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    Family Treatment of Personality Disorders: Advances in Clinical Practice, Edited by Malcolm M. MacFarlane
    This book examines the application of marital and family therapy approaches to the treatment of a wide range of personality disorders. Valuable on its own and doubly useful as a companion volume to Family Therapy and Mental Health: Innovations in Theory and Practice (Haworth), the book integrates traditional individual models with family systems models to provide a multidimensional approach to treating personality disorders.

    Each chapter is written by a family therapist with extensive experience treating personality disorders and includes a case example, an exploration of the impact of the disorder on family members, a look at cultural and gender issues, and an examination of how the model is integrated with traditional psychiatric services and the use of medication.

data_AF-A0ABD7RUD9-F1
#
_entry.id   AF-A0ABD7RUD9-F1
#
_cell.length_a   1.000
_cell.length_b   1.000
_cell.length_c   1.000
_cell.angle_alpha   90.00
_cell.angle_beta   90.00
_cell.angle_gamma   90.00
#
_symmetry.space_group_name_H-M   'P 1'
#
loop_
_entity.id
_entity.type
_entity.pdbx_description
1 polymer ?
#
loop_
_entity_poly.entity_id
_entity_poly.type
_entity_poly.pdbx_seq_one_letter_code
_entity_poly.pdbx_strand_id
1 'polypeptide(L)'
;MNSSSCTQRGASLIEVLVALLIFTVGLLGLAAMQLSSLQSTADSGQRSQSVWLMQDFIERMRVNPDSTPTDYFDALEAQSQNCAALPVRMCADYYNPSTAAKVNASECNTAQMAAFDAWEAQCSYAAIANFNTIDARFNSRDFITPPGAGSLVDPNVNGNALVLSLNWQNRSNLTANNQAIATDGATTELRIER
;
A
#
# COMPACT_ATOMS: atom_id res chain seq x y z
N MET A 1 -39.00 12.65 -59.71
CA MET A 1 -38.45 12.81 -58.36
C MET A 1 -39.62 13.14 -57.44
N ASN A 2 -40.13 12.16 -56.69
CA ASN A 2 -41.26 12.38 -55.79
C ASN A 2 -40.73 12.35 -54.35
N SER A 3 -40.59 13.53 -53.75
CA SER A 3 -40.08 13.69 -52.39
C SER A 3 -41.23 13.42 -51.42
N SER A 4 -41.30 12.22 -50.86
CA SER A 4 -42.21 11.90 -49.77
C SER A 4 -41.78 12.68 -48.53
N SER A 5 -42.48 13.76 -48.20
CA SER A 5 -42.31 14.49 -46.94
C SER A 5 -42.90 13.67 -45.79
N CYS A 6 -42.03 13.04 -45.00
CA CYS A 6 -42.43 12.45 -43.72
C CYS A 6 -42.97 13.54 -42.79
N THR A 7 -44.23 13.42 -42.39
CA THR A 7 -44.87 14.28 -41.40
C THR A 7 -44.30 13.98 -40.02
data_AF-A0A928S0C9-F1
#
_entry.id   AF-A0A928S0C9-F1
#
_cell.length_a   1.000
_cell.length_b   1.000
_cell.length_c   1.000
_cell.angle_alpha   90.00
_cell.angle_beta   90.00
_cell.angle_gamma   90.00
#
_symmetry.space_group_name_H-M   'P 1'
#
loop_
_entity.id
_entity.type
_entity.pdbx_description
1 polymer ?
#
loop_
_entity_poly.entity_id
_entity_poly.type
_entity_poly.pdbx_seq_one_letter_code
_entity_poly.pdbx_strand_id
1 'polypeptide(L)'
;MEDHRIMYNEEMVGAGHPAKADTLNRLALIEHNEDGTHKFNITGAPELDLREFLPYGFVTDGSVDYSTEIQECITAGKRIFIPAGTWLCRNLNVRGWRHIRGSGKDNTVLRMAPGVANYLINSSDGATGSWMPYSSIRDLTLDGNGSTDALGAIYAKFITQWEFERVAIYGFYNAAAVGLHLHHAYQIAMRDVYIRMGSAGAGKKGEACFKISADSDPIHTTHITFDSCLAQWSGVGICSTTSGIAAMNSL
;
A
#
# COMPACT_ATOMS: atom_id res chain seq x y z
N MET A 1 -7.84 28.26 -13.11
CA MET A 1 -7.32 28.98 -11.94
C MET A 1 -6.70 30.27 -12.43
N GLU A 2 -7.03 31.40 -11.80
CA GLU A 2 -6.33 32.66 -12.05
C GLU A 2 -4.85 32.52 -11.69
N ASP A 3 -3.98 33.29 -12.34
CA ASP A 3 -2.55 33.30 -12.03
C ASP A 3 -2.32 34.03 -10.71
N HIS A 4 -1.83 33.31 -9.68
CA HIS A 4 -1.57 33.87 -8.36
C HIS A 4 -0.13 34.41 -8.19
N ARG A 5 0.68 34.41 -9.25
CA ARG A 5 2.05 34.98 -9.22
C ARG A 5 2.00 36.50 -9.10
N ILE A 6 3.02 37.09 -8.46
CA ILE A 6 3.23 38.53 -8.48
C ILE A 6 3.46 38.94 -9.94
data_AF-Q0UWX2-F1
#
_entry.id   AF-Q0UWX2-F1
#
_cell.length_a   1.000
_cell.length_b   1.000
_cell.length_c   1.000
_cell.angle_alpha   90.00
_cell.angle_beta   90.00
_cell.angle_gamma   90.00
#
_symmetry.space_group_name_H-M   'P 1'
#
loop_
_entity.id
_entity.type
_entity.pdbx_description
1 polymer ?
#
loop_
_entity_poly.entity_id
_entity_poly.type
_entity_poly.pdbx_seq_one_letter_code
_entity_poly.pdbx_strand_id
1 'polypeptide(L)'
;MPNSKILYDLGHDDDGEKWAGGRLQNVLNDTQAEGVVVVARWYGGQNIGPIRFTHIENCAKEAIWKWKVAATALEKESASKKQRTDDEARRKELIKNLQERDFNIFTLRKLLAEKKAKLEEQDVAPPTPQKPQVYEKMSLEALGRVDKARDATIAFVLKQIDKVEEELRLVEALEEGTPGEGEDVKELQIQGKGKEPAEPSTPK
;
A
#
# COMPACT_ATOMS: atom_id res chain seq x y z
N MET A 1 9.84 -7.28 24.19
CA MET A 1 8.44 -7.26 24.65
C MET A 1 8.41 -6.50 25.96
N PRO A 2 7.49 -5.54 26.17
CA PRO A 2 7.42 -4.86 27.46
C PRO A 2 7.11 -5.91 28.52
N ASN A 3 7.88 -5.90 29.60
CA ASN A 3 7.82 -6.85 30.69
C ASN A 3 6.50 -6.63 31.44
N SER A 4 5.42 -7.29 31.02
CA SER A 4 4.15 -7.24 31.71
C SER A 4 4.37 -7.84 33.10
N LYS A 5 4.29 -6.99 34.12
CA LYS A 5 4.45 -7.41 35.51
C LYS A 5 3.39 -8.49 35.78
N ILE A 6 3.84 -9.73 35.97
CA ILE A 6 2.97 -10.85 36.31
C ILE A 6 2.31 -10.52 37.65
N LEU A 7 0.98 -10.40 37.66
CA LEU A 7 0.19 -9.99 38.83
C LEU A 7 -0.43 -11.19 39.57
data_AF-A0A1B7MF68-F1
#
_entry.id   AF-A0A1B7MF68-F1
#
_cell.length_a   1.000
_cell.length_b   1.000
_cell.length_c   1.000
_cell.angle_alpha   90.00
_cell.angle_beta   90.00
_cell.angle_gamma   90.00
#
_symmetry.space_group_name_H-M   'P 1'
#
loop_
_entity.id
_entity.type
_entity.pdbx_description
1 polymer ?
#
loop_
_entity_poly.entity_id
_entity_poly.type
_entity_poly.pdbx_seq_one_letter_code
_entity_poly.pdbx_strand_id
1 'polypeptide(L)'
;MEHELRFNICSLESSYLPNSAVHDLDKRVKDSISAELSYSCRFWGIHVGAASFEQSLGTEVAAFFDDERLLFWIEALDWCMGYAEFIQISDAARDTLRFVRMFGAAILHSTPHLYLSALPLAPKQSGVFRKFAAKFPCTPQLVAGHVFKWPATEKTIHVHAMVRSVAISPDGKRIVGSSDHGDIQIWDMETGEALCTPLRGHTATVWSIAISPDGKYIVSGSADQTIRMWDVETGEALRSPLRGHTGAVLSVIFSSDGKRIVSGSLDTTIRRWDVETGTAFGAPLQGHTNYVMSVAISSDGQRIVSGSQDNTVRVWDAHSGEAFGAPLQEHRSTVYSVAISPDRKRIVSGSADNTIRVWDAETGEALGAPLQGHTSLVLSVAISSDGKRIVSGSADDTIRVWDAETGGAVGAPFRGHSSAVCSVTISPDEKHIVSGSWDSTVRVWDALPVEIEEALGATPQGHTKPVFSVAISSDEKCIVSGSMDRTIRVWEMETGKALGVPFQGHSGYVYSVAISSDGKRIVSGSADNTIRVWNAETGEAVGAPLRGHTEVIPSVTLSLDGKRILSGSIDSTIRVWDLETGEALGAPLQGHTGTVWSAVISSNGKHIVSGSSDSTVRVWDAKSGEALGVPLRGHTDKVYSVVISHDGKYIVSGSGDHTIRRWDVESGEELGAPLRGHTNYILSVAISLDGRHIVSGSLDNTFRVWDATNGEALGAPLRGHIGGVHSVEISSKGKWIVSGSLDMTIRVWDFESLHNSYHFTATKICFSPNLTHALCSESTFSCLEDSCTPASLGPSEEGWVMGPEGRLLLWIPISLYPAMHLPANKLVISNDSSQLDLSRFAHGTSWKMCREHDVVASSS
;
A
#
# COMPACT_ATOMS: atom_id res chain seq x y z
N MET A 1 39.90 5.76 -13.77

Family Treatment of Personality Disorders is a single, accessible source for significant contributions to the emerging literature on family treatment approaches that, until now, have been scattered through journals representing a variety of disciplines.

    Family Treatment of Personality Disorders focuses on specific DSM-IV personality disorders, including: borderline, narcissistic, histrionic, obsessive-compulsive, passive-aggressive, avoidant, dependent and paranoid. A solid resource for clinicians treating mental health problems and for academic work in family psychopathology and family therapy and mental health. - 10-Oct-2003 - Hits: 863 - Rate This | Details
    Life on the Screen: Identity in the Age of the Internet